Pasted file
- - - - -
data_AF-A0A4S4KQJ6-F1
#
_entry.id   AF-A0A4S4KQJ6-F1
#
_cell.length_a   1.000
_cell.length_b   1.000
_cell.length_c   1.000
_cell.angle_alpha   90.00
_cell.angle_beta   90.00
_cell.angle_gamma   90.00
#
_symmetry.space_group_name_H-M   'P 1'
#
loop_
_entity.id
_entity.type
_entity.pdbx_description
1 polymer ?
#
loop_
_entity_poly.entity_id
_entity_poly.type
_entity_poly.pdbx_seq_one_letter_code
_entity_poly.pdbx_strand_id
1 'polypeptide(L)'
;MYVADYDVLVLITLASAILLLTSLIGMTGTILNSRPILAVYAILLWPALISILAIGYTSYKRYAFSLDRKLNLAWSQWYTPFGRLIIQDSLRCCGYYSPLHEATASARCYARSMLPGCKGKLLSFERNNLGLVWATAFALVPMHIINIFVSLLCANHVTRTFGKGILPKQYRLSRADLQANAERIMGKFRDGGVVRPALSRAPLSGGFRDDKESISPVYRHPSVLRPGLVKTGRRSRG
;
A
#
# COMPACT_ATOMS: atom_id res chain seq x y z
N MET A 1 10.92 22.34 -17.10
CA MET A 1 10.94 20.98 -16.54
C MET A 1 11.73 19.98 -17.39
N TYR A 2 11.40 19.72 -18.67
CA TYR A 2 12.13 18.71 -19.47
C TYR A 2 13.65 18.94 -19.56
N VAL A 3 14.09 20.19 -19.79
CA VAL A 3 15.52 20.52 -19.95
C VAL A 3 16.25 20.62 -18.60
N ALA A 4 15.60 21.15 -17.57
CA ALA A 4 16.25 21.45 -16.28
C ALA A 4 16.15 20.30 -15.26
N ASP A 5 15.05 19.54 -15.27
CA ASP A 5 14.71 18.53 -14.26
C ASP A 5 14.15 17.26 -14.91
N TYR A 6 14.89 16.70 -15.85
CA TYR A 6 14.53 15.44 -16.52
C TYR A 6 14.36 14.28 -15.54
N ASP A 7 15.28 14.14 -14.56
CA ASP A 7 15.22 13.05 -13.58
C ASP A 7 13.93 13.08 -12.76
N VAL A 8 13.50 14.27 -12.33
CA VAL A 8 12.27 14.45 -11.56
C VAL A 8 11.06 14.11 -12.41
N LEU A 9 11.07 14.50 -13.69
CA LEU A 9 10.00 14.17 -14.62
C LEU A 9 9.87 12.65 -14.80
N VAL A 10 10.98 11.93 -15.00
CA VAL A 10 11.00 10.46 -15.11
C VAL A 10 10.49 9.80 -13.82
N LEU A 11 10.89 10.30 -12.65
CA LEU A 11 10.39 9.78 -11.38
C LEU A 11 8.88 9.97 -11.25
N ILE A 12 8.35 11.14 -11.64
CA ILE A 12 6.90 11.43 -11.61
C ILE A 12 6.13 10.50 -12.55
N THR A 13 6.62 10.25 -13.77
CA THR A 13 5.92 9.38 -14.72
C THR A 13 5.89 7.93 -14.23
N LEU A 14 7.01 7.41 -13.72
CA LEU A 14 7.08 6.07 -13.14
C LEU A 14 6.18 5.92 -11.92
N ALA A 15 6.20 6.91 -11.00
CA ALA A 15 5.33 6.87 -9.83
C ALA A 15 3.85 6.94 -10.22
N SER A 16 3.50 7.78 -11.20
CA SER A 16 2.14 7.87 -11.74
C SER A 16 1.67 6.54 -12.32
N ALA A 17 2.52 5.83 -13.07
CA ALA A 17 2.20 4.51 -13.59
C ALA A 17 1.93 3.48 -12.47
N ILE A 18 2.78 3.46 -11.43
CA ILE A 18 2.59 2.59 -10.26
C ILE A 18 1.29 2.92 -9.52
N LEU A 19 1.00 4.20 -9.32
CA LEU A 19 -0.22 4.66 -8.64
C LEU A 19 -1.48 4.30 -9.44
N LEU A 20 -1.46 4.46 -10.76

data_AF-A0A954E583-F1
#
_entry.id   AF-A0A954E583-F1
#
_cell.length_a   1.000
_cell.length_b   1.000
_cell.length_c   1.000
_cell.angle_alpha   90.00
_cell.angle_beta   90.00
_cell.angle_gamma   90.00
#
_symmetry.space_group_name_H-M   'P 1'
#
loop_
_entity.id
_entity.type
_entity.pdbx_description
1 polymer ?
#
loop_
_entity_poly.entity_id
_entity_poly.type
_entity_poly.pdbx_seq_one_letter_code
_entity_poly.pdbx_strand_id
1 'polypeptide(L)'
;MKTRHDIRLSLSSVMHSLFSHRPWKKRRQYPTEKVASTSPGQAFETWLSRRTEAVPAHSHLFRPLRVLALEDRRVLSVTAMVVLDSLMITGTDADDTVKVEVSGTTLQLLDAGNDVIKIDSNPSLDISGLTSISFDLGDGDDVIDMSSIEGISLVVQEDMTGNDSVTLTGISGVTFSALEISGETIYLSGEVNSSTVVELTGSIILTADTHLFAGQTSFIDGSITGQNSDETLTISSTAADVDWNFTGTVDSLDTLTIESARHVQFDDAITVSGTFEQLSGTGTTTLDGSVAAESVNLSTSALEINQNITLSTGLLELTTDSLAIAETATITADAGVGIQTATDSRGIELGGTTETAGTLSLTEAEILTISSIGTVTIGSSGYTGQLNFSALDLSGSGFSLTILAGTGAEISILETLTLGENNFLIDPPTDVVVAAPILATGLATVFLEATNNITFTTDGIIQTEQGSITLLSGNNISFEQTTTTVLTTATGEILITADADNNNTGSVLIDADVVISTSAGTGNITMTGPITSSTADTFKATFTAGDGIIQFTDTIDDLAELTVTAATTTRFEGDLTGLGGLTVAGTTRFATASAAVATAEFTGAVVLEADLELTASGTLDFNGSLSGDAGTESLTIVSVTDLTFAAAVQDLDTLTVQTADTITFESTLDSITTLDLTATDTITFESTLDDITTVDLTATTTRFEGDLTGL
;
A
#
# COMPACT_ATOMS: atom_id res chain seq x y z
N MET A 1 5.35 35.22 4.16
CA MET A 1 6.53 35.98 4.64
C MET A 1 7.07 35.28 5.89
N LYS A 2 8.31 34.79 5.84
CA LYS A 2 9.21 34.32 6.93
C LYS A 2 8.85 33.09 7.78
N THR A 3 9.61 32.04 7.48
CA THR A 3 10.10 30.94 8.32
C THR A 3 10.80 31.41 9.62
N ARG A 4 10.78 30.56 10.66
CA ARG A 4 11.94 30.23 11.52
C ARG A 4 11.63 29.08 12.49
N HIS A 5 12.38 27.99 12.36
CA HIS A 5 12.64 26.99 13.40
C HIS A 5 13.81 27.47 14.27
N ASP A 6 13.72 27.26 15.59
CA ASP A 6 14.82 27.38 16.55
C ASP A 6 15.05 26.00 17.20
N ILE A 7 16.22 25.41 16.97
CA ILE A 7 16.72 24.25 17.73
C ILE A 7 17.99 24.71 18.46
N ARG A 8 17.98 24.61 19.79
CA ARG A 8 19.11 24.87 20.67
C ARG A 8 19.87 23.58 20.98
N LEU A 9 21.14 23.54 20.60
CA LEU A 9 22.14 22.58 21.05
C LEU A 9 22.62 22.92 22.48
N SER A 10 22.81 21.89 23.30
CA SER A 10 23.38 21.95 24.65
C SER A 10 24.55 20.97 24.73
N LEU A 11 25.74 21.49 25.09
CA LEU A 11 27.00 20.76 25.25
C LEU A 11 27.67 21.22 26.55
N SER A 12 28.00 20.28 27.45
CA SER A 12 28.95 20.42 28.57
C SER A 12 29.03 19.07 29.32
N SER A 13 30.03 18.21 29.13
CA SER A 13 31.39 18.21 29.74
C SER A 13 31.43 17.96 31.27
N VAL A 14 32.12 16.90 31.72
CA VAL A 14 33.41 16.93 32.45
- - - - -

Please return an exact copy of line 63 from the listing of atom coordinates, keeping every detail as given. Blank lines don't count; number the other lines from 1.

C LEU A 11 8.88 9.97 -11.25